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2017 Word of the Year

clew

[kloo] /klu/
noun
1.
clue (def 1).
2.
Nautical. either lower corner of a square sail or the after lower corner of a fore-and-aft sail.
3.
a ball or skein of thread, yarn, etc.
4.
Usually, clews. the rigging for a hammock.
5.
Theater. a metal device holding scenery lines controlled by one weighted line.
6.
Classical Mythology. the thread by which Theseus found his way out of the labyrinth.
verb (used with object)
7.
to coil into a ball.
8.
clue (def 3).
9.
Theater.
  1. to draw up the bottom edge of (a curtain, drop, etc.) and fold out of view; bag.
  2. to secure (lines) with a clew.
Verb phrases
10.
clew down, Nautical. to secure (a sail) in an unfurled position.
11.
clew up, Nautical. to haul (the lower corners of a square-rig sail) up to the yard by means of the clew lines.
Idioms
12.
spread a large clew, Nautical.
  1. to carry a large amount of sail.
  2. to present an impressive appearance.
Origin of clew
900
before 900; Middle English clewe, Old English cleowen, cliewen, equivalent to cliew- (cognate with Old High German kliu ball) + -en -en5; akin to Dutch kluwen
Dictionary.com Unabridged
Based on the Random House Dictionary, © Random House, Inc. 2017.
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Examples from the Web for clew
Historical Examples
  • I asked, astonished at Jim's behavior, and anxious for some clew by which to solve its mystery.

    The Underdog F. Hopkinson Smith
  • His behavior gave me no clew as to whether it had been a joyful or a sorrowful one.

    The First Violin Jessie Fothergill
  • It would be idle to travel on until this clew had been cleared up.

  • Now, it was clear to him Miss Kellett had a secret; or, at least, had the clew to one.

    Davenport Dunn, Volume 2 (of 2) Charles James Lever
  • You are certainly not bent on giving me any clew to your motives, Fagan.

    Sir Jasper Carew Charles James Lever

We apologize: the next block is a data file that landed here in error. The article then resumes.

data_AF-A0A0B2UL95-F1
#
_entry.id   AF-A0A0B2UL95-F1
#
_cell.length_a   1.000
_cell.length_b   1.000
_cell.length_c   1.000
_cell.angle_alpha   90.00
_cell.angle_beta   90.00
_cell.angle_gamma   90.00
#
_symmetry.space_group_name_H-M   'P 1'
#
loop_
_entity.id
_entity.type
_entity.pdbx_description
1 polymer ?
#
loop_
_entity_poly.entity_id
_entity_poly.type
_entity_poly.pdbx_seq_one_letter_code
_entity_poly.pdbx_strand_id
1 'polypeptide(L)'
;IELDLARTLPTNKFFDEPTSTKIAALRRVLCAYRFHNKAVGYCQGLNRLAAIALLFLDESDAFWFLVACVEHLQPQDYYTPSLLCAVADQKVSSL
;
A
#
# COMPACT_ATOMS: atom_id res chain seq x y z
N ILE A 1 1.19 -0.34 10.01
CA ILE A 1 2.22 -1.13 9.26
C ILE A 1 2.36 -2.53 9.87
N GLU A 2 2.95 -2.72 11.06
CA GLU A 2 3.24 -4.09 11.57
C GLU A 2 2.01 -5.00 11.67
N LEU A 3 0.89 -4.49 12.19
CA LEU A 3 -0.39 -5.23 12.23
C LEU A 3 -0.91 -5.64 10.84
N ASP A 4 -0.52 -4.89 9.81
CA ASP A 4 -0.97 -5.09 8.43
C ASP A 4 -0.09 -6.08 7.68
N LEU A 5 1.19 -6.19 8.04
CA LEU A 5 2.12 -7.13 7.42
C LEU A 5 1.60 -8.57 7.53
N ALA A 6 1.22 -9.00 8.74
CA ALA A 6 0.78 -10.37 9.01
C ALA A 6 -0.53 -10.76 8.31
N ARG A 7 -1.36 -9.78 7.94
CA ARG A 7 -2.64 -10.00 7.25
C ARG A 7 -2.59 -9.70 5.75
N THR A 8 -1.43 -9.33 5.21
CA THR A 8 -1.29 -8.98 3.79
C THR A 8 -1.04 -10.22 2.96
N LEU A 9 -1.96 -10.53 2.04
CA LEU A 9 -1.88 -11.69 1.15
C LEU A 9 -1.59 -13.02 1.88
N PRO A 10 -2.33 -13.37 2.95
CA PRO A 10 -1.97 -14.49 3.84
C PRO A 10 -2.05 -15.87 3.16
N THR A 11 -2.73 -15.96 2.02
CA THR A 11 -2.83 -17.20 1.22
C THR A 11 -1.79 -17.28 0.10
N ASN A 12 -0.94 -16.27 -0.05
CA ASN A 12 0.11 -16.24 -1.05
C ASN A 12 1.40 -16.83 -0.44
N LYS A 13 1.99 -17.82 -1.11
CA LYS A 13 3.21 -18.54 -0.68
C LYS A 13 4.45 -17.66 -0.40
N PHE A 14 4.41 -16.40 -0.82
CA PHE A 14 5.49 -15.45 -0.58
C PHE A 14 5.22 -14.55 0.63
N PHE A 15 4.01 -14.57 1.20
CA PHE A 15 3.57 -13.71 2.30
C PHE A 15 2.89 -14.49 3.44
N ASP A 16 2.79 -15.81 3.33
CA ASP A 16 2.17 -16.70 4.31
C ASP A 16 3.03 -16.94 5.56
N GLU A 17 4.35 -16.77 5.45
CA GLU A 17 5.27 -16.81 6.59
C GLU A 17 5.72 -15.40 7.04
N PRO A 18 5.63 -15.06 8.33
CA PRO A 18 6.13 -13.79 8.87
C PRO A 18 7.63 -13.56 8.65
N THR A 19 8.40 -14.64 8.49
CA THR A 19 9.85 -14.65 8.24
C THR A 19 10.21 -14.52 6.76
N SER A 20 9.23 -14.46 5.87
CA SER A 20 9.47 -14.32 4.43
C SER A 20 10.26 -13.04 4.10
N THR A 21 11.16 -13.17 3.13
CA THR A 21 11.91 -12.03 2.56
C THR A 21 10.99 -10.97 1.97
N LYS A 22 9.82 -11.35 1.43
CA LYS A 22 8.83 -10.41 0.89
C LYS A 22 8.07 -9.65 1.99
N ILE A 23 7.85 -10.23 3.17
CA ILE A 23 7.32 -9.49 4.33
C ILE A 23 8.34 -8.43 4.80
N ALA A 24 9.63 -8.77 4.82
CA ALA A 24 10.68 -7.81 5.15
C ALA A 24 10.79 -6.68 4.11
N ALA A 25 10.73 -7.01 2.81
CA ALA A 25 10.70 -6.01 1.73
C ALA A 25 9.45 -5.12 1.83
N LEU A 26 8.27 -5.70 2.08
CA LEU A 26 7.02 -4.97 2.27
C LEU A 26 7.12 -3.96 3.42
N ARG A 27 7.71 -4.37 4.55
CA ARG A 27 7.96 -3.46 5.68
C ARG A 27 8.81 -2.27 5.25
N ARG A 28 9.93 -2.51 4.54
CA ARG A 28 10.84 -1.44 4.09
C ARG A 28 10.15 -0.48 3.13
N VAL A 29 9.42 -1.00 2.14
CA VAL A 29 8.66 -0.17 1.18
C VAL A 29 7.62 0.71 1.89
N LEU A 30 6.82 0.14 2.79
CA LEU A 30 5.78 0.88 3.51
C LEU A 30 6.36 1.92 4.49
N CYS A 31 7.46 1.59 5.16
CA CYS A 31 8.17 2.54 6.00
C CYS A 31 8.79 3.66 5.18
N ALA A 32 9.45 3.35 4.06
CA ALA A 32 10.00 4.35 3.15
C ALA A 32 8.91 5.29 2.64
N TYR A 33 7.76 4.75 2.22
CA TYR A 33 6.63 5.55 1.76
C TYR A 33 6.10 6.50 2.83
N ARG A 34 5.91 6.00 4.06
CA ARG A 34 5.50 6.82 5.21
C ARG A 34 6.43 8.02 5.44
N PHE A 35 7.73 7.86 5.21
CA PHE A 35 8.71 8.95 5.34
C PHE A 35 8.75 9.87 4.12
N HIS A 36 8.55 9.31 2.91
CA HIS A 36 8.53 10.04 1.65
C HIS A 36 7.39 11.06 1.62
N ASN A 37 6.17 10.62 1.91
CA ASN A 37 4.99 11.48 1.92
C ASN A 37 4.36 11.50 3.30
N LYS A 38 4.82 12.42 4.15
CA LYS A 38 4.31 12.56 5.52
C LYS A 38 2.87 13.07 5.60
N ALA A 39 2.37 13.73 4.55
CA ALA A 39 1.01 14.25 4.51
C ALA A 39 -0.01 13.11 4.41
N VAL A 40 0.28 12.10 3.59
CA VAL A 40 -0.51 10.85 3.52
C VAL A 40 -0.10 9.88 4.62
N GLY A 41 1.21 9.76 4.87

• For a great while I could not detect the clew to his proceedings.

    Roland Cashel Charles James Lever
  • Of Keane not a trace could be discovered; nor could any clew be obtained as to his companion.

    Roland Cashel Charles James Lever
  • So that you advise me to open his pack and see if I can find a clew to him.

    Tony Butler Charles James Lever
  • There was nothing in that sallow but handsome face that revealed a clew to anything.

    Tony Butler Charles James Lever
  • "Up to this moment you have given me no clew to it," said Sir Stafford, with a smile.

    The Daltons, Volume I (of II) Charles James Lever
British Dictionary definitions for clew

clew

/kluː/
noun
1.
a ball of thread, yarn, or twine
2.
(nautical) either of the lower corners of a square sail or the after lower corner of a fore-and-aft sail
3.
(usually pl) the rigging of a hammock
4.
a rare variant of clue
verb
5.
(transitive) to coil or roll into a ball
Word Origin
Old English cliewen (vb); related to Old High German kliu ball
Collins English Dictionary - Complete & Unabridged 2012 Digital Edition
© William Collins Sons & Co. Ltd. 1979, 1986 © HarperCollins
Publishers 1998, 2000, 2003, 2005, 2006, 2007, 2009, 2012
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Word Origin and History for clew
n.

"ball of thread or yarn," northern English and Scottish relic of Old English cliewen "sphere, ball, skein, ball of thread or yarn," probably from West Germanic *kleuwin (cf. Old Saxon cleuwin, Dutch kluwen), from Proto-Germanic *kliwjo-, from PIE *gleu- "gather into a mass, conglomerate" (see clay).

Online Etymology Dictionary, © 2010 Douglas Harper
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